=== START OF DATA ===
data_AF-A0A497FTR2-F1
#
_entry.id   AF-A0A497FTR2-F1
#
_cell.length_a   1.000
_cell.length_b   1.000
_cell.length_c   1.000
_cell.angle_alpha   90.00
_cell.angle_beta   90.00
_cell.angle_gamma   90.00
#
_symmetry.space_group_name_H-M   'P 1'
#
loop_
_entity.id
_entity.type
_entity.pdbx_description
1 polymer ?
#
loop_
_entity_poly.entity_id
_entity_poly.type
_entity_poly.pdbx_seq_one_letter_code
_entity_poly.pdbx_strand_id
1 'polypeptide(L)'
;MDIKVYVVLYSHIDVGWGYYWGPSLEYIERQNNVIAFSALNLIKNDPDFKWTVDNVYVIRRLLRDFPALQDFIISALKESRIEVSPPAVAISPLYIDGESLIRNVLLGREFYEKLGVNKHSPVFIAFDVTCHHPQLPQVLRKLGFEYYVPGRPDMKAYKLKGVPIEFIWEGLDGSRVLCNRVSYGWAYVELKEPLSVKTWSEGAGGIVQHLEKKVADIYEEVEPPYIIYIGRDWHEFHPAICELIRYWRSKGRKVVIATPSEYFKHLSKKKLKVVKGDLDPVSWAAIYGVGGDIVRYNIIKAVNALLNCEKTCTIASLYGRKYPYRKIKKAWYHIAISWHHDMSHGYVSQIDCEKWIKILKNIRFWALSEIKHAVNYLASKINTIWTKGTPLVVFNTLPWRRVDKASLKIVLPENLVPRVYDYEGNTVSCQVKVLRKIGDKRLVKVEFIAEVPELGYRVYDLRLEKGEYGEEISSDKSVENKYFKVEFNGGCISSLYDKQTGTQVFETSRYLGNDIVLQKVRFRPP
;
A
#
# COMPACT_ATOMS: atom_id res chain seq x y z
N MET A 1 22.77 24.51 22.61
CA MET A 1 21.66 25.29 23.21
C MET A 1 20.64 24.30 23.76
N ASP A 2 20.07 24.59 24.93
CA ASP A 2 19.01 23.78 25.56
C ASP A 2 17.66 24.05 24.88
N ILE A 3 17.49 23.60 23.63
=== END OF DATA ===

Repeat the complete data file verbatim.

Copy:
data_AF-A0A497FTR2-F1
#
_entry.id   AF-A0A497FTR2-F1
#
_cell.length_a   1.000
_cell.length_b   1.000
_cell.length_c   1.000
_cell.angle_alpha   90.00
_cell.angle_beta   90.00
_cell.angle_gamma   90.00
#
_symmetry.space_group_name_H-M   'P 1'
#
loop_
_entity.id
_entity.type
_entity.pdbx_description
1 polymer ?
#
loop_
_entity_poly.entity_id
_entity_poly.type
_entity_poly.pdbx_seq_one_letter_code
_entity_poly.pdbx_strand_id
1 'polypeptide(L)'
;MDIKVYVVLYSHIDVGWGYYWGPSLEYIERQNNVIAFSALNLIKNDPDFKWTVDNVYVIRRLLRDFPALQDFIISALKESRIEVSPPAVAISPLYIDGESLIRNVLLGREFYEKLGVNKHSPVFIAFDVTCHHPQLPQVLRKLGFEYYVPGRPDMKAYKLKGVPIEFIWEGLDGSRVLCNRVSYGWAYVELKEPLSVKTWSEGAGGIVQHLEKKVADIYEEVEPPYIIYIGRDWHEFHPAICELIRYWRSKGRKVVIATPSEYFKHLSKKKLKVVKGDLDPVSWAAIYGVGGDIVRYNIIKAVNALLNCEKTCTIASLYGRKYPYRKIKKAWYHIAISWHHDMSHGYVSQIDCEKWIKILKNIRFWALSEIKHAVNYLASKINTIWTKGTPLVVFNTLPWRRVDKASLKIVLPENLVPRVYDYEGNTVSCQVKVLRKIGDKRLVKVEFIAEVPELGYRVYDLRLEKGEYGEEISSDKSVENKYFKVEFNGGCISSLYDKQTGTQVFETSRYLGNDIVLQKVRFRPP
;
A
#
# COMPACT_ATOMS: atom_id res chain seq x y z
N MET A 1 22.77 24.51 22.61
CA MET A 1 21.66 25.29 23.21
C MET A 1 20.64 24.30 23.76
N ASP A 2 20.07 24.59 24.93
CA ASP A 2 19.01 23.78 25.56
C ASP A 2 17.66 24.05 24.88
N ILE A 3 17.49 23.60 23.63